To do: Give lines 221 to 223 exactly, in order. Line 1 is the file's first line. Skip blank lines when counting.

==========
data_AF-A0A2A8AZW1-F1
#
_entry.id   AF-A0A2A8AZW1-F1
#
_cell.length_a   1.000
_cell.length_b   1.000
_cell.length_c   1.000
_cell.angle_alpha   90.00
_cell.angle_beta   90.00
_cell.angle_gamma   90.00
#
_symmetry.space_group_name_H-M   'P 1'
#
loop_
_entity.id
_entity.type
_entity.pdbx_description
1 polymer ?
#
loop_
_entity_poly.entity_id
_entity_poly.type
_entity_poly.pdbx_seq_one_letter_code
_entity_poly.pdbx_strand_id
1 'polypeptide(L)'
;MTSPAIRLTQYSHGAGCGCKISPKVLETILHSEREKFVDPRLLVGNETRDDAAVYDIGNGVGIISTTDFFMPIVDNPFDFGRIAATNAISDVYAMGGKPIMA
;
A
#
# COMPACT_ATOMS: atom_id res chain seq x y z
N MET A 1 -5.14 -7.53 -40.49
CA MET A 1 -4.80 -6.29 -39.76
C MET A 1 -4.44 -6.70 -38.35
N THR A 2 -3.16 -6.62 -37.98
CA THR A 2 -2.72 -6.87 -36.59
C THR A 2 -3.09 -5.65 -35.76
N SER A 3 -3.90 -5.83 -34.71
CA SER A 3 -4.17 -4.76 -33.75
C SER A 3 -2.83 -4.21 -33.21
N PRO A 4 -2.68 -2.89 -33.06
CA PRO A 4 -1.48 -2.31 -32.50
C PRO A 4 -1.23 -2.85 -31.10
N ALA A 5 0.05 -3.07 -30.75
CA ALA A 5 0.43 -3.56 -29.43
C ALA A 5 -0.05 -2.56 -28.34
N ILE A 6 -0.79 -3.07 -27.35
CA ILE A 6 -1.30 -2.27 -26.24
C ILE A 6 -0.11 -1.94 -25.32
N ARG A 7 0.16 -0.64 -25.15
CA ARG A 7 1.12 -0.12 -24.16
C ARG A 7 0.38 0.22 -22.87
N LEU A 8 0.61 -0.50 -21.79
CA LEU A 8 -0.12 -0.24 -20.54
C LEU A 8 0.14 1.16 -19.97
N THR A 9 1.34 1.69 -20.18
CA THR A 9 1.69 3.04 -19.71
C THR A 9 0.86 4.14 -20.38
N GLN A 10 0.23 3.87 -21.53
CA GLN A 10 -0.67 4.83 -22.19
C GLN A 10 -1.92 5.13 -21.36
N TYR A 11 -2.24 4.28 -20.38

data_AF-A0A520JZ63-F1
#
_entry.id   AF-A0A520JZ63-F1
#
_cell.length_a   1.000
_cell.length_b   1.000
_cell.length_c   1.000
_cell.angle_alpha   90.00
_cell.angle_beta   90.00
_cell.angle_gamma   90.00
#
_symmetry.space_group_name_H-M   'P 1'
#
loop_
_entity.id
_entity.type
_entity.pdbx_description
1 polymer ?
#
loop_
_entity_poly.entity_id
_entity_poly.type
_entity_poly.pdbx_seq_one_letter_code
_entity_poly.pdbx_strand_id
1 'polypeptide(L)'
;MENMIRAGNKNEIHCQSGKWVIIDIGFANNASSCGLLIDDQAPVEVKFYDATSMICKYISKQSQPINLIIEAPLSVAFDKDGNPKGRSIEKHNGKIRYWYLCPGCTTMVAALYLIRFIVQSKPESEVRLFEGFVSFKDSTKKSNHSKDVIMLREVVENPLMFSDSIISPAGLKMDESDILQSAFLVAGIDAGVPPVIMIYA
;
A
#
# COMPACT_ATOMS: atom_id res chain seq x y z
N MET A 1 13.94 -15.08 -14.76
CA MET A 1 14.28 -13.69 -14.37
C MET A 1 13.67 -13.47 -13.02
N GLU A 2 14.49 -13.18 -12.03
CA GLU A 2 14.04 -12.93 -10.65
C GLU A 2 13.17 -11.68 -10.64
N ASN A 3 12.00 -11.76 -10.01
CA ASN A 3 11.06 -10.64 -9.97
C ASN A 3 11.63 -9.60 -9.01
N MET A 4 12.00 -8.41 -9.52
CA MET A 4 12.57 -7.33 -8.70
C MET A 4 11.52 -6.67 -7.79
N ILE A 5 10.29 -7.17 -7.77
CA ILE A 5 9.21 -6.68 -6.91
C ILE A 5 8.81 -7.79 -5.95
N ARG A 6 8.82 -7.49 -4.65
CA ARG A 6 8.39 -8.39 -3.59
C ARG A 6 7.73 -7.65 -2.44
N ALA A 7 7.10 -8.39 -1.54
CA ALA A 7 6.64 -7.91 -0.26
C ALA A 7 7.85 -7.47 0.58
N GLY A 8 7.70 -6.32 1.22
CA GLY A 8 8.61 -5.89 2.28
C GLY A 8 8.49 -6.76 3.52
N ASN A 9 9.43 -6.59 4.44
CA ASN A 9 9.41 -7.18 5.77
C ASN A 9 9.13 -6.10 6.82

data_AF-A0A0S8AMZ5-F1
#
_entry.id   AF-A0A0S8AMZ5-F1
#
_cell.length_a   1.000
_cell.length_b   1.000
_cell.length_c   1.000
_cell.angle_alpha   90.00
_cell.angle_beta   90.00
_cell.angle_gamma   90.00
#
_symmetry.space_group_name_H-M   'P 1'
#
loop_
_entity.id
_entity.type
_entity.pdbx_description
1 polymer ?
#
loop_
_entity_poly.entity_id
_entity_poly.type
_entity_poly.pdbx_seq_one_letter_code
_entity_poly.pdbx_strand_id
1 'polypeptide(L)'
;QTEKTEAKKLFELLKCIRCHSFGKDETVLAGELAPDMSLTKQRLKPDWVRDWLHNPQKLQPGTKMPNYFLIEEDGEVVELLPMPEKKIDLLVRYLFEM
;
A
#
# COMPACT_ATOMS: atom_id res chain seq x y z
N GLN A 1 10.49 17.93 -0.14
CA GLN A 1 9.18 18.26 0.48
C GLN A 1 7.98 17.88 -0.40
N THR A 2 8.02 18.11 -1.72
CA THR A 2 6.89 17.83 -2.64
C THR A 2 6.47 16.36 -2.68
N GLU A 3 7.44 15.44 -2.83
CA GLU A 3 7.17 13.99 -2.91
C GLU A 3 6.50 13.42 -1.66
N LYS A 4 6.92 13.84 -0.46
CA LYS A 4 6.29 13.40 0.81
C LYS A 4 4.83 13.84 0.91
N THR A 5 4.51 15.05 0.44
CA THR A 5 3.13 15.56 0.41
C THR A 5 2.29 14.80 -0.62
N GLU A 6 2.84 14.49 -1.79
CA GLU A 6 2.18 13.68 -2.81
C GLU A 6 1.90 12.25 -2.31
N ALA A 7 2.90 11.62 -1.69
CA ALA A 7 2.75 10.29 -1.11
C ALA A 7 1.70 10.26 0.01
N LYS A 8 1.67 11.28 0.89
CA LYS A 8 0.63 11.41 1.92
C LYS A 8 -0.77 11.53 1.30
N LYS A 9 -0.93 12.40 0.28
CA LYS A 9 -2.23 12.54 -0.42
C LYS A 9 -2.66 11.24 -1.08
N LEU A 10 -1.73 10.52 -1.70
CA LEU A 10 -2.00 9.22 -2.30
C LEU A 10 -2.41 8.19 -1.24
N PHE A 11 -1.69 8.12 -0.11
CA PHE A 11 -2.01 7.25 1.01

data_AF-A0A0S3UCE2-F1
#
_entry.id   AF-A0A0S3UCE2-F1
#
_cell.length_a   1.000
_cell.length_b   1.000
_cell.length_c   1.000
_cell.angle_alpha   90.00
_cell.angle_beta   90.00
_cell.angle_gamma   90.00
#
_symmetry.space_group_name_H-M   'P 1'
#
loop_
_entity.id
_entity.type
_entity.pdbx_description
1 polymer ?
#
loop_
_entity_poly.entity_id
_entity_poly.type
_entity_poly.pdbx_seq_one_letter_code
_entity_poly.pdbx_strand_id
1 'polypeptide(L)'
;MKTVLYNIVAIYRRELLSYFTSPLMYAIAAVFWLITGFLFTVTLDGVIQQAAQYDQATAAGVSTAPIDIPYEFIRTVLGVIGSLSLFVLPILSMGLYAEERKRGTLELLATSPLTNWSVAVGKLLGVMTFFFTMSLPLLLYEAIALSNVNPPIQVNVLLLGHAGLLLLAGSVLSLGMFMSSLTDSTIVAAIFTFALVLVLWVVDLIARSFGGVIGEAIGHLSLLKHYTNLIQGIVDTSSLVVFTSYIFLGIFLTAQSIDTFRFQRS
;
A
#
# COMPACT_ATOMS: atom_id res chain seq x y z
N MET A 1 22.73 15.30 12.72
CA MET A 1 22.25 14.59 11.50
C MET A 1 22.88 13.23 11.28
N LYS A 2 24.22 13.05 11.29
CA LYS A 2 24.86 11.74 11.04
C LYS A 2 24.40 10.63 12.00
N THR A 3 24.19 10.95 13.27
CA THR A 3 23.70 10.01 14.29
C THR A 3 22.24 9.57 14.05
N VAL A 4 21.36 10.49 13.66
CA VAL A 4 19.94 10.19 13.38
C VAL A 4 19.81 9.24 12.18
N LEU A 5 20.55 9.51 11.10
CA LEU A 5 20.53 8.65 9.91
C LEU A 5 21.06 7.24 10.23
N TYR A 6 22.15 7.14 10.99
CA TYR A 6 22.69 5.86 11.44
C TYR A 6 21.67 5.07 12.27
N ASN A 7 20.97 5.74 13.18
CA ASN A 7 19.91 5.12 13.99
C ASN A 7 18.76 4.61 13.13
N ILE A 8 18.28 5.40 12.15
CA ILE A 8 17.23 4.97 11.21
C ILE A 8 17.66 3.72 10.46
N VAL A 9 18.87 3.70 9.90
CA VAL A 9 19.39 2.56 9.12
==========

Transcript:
CA VAL A 4 19.94 10.19 13.38
C VAL A 4 19.81 9.24 12.18
N LEU A 5 20.55 9.51 11.10